Our Purpose Statement

Strengthening and connecting our systems so that all young children in Larimer County, Colorado will be supported in their social development and emotional wellbeing in a culturally responsive manner.


From prenatal to 5 years of age, more than a million new neural connections are formed every second. Early experiences directly impact how these connections are made, laying the foundation for all future learning, behavior, and health.


Infant and early childhood mental health (IECMH), also referred to as social-emotional development, is the developing capacity of young children to form relationships; experience, manage, and express emotions; and, explore their environment and learn.


IECMH is also a term used to describe the full continuum of services and supports necessary to promote healthy development, prevent mental health problems, and treat mental health disorders.


Infants and young children who consistently engage in nurturing, responsive relationships with caregivers, and who are developing in safe and secure environments, are more likely to develop strong social-emotional health.


Strong social-emotional health is directly linked to healthy development in other essential areas, including physical health, cognitive skills, language and literacy, social skills, and school readiness.

Why is infant and early childhood mental health so important?

When young children’s social-emotional health is compromised, so too is development across other essential areas (including physical health, cognitive skills, language and literacy, social skills, and school readiness), leaving children more susceptible to a lifetime of poor outcomes.


Young children’s social-emotional health may be compromised when they are exposed to strong, frequent, or prolonged adversity such as abuse, neglect, and/or household dysfunction, without the buffering support of an adult.


This long-term exposure to adversity produces a response in infants and young children known as toxic stress. Unlike positive or tolerable stress that we all encounter from time to time, toxic stress permanently alters the developing brain and immune system, resulting in lifelong consequences.


The good news is that when caregiver relationships are reliably responsive and supportive, they actually can buffer young children from the adverse effects of toxic stress. Therefore, communities should focus their efforts on promoting a wide range of protective factors to empower caregivers. 

The Leap Coalition has been working since 2016 to create a roadmap for exactly how we do this in Larimer County. We recommend that every time a service is provided for an adult with a substance use or mental health disorder, we stop and ask ourselves, “Is this person a parent? How can we mitigate the impact on his or her children?”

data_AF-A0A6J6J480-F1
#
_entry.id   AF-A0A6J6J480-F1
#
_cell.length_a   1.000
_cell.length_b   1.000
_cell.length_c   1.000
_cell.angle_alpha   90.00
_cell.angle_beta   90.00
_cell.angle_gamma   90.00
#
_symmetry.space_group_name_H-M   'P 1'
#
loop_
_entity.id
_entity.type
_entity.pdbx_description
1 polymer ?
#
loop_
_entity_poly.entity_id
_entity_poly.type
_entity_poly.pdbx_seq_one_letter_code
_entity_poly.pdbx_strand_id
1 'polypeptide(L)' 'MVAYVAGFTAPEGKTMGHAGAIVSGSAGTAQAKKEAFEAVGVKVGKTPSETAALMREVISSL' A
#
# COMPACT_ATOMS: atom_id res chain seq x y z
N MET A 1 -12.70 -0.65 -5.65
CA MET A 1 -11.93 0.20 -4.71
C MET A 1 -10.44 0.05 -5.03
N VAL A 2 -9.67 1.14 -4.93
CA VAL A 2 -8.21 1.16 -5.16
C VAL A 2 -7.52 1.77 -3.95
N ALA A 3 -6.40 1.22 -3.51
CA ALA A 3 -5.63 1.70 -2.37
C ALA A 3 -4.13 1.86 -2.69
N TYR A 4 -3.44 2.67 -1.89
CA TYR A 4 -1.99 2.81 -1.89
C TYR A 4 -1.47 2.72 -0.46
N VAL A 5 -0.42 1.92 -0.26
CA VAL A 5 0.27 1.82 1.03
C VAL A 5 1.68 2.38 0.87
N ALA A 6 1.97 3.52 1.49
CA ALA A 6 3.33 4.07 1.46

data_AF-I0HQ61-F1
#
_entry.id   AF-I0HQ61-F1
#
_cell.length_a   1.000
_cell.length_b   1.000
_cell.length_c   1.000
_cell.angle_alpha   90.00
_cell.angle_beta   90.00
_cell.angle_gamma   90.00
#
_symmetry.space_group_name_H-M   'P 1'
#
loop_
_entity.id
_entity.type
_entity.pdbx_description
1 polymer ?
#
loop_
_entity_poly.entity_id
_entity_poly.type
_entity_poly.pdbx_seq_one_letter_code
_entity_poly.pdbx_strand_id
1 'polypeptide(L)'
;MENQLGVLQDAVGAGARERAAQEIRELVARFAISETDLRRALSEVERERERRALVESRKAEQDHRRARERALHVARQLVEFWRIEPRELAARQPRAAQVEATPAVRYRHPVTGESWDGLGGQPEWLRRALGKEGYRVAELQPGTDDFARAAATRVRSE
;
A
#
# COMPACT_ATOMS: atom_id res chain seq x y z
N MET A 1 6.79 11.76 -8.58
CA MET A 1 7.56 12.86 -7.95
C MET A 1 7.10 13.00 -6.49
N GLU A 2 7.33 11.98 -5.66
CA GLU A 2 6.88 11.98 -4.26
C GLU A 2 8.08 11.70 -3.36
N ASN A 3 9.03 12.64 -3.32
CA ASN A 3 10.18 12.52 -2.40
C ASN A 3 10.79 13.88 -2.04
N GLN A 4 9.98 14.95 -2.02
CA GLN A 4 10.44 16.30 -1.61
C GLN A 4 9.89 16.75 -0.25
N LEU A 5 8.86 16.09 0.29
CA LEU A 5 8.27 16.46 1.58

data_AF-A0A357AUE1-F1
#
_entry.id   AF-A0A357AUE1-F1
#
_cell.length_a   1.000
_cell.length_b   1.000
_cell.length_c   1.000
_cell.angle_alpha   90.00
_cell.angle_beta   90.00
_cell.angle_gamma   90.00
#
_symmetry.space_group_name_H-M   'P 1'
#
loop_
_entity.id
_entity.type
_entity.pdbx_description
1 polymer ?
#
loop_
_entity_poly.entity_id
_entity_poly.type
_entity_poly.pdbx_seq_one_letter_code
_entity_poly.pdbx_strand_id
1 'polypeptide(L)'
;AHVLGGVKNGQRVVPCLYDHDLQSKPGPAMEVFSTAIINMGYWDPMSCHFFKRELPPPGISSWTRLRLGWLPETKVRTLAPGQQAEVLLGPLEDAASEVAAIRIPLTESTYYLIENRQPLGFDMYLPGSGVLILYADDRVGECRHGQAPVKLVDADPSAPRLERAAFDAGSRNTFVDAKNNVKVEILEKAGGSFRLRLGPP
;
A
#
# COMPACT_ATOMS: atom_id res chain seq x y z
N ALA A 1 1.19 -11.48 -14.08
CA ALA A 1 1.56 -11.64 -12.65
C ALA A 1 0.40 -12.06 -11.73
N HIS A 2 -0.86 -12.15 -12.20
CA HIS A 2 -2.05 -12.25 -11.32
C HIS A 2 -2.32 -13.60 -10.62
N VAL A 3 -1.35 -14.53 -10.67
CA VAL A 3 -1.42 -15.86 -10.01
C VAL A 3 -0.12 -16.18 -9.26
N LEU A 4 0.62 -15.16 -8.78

We are working together to build a system of infant and early childhood supports that will disrupt the intergenerational nature of toxic stress and build the future that Larimer County and its children deserve.

What is infant and early childhood mental health?


What is the Leap Coalition?

The science of early childhood shows that a foundation of sound emotional and behavioral health provides stability that supports all other aspects of human development, including the formation of friendships, the ability to cope with adversity, and achievement of success in school, work, and community life. Despite growing awareness of the link between early childhood social-emotional health to future wellness, gaps exist in Larimer County’s capacity to address the mental health needs of our youngest and most vulnerable citizens, due to a lack of a specially trained workforce. 

The Leap Coalition is a community-wide initiative working to enhance infant and early childhood mental health services in Larimer County, Colorado. Leap's core partnership is comprised of over 50 individuals representing more than 20 organizations and private practice therapists across the county. Through this and backbone support from the Early Childhood Council of Larimer County, the Leap Coalition directly supports hundreds of early childhood professionals across various disciplines and indirectly supports nearly 20,000 children ages 0-5 in Larimer County.

Leap's work focuses on three main areas, all through a culturally conscious lens: workforce development; community awareness and advocacy; and supporting a coordinated system of early identification and intervention for social-emotional concerns in young children. Learn more about our work by exploring our materials and resources. Stay up to date with all Leap happenings by signing up for our newsletter.

Questions about how you can get involved? Contact Liz Means, Leap Coalition Program Manager: lmeans@ecclc.org 

Steering Committee

Liz Means
Leap Coalition Program Manager || Early Childhood Council of Larimer County
Christina Taylor
Executive Director || Early Childhood Council of Larimer County
Kelsey Lyon
Health Planning and Partnership Supervisor ||
Larimer County Department of Health and Environment
Mims Harris
Community Volunteer and Board Member || Early Childhood Council of Larimer County
Ginger Hillyard
HCP for Children and Youth with Special Health Care Needs ||
KIDS Initiative for Developmental Support || Larimer County Department of Health and Environment
Heather Blanco
Quality Initiatives and Workforce Manager || Early Childhood Council of Larimer County
Mary Beth Swanson
Mary Beth Swanson, LCSW, LLC
Heather Griffith
Executive Director || Young People's Learning Center
Lin Wilder
Director, Community Impact Team ||
Health District of Northern Larimer County
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Community Partners